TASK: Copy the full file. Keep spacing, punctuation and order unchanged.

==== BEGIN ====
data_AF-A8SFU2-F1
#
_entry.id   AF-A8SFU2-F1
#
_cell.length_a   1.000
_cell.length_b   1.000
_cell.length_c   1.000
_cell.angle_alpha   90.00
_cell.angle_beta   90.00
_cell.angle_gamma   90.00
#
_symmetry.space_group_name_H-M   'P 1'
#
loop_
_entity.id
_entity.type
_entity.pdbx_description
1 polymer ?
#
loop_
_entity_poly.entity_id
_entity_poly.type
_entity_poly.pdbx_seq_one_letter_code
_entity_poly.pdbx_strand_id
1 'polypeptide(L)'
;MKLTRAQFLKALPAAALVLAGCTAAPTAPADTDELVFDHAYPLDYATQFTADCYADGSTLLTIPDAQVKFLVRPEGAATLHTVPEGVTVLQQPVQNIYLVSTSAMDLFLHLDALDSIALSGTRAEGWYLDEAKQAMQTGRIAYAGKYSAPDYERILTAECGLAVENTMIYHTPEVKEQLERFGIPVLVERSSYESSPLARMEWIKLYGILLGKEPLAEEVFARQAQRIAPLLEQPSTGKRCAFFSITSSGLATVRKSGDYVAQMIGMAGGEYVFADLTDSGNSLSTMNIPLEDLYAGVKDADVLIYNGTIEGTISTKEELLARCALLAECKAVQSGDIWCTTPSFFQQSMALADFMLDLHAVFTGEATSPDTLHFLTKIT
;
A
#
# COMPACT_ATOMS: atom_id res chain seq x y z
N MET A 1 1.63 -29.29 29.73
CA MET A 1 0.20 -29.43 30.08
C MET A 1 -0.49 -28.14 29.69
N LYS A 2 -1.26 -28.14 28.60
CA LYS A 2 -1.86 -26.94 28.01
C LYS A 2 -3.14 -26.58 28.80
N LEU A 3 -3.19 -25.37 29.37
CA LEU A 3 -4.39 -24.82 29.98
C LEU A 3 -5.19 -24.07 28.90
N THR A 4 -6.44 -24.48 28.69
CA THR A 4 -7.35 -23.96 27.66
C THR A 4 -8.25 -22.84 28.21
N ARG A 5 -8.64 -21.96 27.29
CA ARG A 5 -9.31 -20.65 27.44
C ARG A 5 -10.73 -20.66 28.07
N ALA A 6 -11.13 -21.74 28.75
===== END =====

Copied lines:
data_AF-A8SFU2-F1
#
_entry.id   AF-A8SFU2-F1
#
_cell.length_a   1.000
_cell.length_b   1.000
_cell.length_c   1.000
_cell.angle_alpha   90.00
_cell.angle_beta   90.00
_cell.angle_gamma   90.00
#
_symmetry.space_group_name_H-M   'P 1'
#
loop_
_entity.id
_entity.type
_entity.pdbx_description
1 polymer ?
#
loop_
_entity_poly.entity_id
_entity_poly.type
_entity_poly.pdbx_seq_one_letter_code
_entity_poly.pdbx_strand_id
1 'polypeptide(L)'
;MKLTRAQFLKALPAAALVLAGCTAAPTAPADTDELVFDHAYPLDYATQFTADCYADGSTLLTIPDAQVKFLVRPEGAATLHTVPEGVTVLQQPVQNIYLVSTSAMDLFLHLDALDSIALSGTRAEGWYLDEAKQAMQTGRIAYAGKYSAPDYERILTAECGLAVENTMIYHTPEVKEQLERFGIPVLVERSSYESSPLARMEWIKLYGILLGKEPLAEEVFARQAQRIAPLLEQPSTGKRCAFFSITSSGLATVRKSGDYVAQMIGMAGGEYVFADLTDSGNSLSTMNIPLEDLYAGVKDADVLIYNGTIEGTISTKEELLARCALLAECKAVQSGDIWCTTPSFFQQSMALADFMLDLHAVFTGEATSPDTLHFLTKIT
;
A
#
# COMPACT_ATOMS: atom_id res chain seq x y z
N MET A 1 1.63 -29.29 29.73
CA MET A 1 0.20 -29.43 30.08
C MET A 1 -0.49 -28.14 29.69
N LYS A 2 -1.26 -28.14 28.60
CA LYS A 2 -1.86 -26.94 28.01
C LYS A 2 -3.14 -26.58 28.80
N LEU A 3 -3.19 -25.37 29.37
CA LEU A 3 -4.39 -24.82 29.98
C LEU A 3 -5.19 -24.07 28.90
N THR A 4 -6.44 -24.48 28.69
CA THR A 4 -7.35 -23.96 27.66
C THR A 4 -8.25 -22.84 28.21
N ARG A 5 -8.64 -21.96 27.29
CA ARG A 5 -9.31 -20.65 27.44
C ARG A 5 -10.73 -20.66 28.07
N ALA A 6 -11.13 -21.74 28.75